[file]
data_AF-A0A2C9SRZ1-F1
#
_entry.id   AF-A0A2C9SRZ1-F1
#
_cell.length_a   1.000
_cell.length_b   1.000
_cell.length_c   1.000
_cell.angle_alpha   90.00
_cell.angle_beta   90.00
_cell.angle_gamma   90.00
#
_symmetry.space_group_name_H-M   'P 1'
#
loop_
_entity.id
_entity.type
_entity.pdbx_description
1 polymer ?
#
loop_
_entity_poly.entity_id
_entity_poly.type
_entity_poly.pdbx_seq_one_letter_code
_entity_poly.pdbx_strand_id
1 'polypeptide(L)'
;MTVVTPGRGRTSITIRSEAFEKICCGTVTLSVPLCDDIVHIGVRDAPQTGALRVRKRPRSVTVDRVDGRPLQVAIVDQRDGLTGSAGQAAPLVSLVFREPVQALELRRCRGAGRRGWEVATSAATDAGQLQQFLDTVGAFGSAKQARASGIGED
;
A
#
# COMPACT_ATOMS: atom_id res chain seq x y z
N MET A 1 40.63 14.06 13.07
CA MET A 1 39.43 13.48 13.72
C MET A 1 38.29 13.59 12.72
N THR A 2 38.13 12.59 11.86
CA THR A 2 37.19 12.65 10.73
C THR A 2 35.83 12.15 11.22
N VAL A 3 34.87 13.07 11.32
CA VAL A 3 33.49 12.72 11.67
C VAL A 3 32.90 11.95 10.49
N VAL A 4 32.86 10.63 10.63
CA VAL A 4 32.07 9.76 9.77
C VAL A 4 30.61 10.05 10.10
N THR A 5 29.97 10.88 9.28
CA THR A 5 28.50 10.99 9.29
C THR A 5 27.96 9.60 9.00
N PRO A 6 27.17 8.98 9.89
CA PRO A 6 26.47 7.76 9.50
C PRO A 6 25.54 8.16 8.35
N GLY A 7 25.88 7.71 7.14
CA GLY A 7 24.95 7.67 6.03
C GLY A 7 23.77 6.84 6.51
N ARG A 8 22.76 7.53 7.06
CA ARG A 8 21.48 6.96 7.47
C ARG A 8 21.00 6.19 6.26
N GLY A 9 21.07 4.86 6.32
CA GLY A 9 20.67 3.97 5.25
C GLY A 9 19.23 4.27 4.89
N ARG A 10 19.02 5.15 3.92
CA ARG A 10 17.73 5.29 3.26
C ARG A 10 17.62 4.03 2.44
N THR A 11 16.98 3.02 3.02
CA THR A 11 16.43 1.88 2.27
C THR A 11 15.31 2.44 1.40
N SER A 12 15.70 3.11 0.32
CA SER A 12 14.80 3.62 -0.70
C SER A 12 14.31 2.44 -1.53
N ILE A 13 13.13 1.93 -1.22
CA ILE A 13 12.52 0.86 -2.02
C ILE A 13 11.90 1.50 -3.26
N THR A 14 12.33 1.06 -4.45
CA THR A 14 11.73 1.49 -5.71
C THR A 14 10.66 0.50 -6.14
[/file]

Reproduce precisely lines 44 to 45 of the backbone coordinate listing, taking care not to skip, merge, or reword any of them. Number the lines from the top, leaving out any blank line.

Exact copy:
CA THR A 5 28.50 10.99 9.29
C THR A 5 27.96 9.60 9.00